Kigali — Standards and quality conformity is looked at as the best way to leapfrog the hopeful driver of the country's economy currently dominated by informal sector.
Mr Mark Cyubahiro, Managing Director Rwanda Bureau of Standards-RBS says that poor standards have hamper the country's private sector to increase its competitiveness on both regional and international markets.
"There is an industrial revolution in the country and there is need to harmonize the standards so that our products can easily access market," he said during the signing of MoU between RBS and the Private Sector Federation in Kigali last week.
The private sector especially in the export domain has been lacking knowledge on standardization which lowers the quality of exports, something that has increased the country's trade deficit.
During the first quarter of this year, the country's imports grew to US$ 541.5 million indicating a 3 % increase compared exports that fetched Rwf US$104.8 million despite a 29.5 % increase, calling for more measures to increase exports.
"Our partnership with Private sector will help in addressing the challenges Rwanda exporters have been facing on international market," Cyubahiro said
Accordingly, the memorandum of understanding which pins partnership between PSF and RBS will facilitate ease of businesses' access to certification services, its benefits and provide technical support to the sector in order to adapt to the wider competitive market.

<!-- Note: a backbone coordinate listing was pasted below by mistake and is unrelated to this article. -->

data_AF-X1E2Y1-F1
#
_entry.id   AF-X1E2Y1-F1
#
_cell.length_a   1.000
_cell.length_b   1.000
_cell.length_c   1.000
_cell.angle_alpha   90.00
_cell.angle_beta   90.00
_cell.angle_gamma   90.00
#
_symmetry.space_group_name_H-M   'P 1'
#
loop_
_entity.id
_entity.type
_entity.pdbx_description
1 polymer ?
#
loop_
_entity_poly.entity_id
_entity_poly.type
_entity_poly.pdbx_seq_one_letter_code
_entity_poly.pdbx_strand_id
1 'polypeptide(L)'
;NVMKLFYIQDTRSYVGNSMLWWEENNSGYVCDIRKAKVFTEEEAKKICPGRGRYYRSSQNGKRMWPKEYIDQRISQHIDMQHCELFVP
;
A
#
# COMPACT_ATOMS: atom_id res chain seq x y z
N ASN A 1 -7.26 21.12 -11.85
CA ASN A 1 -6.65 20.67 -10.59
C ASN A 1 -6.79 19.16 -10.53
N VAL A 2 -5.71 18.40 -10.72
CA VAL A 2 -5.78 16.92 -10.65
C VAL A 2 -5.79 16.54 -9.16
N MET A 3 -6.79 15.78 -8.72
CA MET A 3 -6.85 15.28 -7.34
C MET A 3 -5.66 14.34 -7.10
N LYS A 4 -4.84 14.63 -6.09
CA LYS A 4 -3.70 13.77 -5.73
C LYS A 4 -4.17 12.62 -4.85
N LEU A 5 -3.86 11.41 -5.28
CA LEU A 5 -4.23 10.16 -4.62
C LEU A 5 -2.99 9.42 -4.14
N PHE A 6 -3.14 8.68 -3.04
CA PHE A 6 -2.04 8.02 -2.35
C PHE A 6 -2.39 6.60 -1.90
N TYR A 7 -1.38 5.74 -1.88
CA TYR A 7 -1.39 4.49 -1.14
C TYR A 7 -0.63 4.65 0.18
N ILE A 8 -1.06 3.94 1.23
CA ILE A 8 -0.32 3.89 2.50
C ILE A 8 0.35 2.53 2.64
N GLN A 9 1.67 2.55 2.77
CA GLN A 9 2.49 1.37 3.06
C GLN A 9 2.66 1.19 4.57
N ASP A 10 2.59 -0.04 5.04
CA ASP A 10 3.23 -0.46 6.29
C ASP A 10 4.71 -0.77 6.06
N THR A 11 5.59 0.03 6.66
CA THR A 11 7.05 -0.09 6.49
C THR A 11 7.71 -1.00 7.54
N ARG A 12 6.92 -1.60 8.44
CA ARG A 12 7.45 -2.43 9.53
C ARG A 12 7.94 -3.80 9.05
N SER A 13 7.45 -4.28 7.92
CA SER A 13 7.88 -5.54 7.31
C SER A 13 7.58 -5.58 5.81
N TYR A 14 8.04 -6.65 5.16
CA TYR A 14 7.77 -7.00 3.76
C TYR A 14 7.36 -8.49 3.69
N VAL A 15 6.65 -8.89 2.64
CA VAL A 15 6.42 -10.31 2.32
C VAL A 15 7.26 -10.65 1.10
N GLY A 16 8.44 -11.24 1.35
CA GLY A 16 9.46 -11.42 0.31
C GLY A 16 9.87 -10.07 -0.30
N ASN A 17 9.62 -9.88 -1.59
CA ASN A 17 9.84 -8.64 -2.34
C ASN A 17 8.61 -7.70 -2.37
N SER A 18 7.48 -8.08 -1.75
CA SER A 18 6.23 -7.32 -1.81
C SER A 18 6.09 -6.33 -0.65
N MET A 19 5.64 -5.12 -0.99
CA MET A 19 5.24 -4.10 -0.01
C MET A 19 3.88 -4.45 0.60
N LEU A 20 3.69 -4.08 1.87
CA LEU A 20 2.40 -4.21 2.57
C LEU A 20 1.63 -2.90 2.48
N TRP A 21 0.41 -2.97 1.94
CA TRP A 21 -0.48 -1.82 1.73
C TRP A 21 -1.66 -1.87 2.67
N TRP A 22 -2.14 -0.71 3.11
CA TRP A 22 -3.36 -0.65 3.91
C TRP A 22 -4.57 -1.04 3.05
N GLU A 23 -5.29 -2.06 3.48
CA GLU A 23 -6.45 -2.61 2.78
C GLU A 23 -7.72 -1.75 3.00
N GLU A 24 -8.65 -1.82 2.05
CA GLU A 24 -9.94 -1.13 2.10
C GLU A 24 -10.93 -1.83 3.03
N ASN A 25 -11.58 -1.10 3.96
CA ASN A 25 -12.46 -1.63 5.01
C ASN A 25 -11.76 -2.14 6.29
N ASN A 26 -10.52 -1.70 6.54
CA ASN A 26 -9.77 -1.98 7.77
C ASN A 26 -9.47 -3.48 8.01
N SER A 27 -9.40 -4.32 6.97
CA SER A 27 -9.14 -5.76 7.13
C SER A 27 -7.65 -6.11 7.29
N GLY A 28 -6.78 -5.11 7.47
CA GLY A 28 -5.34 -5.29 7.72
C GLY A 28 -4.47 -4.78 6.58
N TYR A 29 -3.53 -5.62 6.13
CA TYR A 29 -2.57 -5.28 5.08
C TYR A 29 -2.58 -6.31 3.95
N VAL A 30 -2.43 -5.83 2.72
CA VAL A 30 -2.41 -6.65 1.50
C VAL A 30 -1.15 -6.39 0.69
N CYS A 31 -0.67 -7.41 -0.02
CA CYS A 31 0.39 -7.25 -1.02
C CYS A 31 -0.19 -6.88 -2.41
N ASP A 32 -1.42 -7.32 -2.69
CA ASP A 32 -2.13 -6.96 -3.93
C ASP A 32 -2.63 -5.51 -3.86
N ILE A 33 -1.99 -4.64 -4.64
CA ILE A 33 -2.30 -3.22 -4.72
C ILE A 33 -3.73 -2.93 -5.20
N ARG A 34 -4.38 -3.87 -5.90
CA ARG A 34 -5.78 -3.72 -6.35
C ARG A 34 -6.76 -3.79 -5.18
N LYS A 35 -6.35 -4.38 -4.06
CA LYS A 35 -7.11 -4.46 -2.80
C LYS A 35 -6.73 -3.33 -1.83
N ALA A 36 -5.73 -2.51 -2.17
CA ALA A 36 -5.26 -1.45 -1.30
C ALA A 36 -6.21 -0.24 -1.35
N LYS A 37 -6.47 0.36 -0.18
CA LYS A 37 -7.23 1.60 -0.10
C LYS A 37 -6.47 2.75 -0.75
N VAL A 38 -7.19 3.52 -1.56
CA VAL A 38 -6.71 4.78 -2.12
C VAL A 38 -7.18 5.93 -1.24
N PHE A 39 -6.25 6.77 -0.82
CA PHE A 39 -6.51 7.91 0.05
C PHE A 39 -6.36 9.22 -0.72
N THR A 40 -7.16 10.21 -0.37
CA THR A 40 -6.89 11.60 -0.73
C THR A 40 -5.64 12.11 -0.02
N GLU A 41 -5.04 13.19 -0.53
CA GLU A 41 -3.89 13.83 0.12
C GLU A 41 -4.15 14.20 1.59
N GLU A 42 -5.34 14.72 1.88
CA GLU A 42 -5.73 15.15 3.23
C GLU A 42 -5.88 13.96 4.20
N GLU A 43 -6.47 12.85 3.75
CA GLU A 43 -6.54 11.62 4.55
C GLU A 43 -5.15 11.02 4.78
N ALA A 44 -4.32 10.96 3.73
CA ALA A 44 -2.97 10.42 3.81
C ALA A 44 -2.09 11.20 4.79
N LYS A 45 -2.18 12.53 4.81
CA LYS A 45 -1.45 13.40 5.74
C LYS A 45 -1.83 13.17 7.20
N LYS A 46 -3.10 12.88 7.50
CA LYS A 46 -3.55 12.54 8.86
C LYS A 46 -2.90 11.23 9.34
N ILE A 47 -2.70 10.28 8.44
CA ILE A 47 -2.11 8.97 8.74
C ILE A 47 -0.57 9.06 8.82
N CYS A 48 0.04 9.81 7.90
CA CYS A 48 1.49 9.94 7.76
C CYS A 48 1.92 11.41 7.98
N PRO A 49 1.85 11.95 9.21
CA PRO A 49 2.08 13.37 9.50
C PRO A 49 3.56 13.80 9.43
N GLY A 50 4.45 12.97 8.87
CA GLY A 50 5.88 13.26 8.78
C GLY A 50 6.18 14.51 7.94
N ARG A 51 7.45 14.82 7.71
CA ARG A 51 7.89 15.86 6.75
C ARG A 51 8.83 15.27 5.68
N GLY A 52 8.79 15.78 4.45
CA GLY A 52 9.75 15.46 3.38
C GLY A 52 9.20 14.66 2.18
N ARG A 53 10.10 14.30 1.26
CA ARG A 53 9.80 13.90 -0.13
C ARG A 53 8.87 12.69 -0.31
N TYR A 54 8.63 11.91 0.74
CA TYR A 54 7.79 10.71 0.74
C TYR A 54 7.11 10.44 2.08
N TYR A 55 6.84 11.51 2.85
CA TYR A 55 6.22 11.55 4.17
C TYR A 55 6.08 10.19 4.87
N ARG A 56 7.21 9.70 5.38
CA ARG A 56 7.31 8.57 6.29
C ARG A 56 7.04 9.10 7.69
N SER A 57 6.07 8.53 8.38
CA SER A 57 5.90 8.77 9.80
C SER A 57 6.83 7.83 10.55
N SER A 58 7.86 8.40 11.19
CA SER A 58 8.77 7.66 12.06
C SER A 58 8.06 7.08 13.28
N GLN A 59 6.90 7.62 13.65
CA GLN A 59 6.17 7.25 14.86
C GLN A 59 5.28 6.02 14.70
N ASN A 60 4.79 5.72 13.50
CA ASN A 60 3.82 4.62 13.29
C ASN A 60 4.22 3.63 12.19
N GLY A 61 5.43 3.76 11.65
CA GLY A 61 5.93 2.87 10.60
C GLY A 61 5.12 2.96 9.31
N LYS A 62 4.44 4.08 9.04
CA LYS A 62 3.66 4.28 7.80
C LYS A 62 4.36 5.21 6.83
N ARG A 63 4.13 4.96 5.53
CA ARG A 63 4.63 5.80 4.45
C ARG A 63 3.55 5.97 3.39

"The standards awareness raising campaigns will go a long way in educating the entrepreneurs that application of quality and safety standards is the apex of value addition," he said.
He adds, "It is our mandate therefore that we support the private sector in ensuring that products from Rwanda meet standards".
Hannington Namara, Chief Executive Officer, Private Sector Federation-PSF says that the understanding will help the private sector especially informal sector in identifying what it needs to have to become more competitive.
"Our important stake is to regularly monitor and evaluate performance of supported enterprises and advise them in order to ensure that their activities have positive impact on their operations," he said adding that this will also minimize business losses which are as a result of failure to meet standards.
Experts are optimistic that the understanding will also assist informal sector currently struggling to formalize their operations to improve quality of their products and access markets.
"It is an impendent not to know as an informal sector player which standards you need to have for you to leave informal to formal," he said.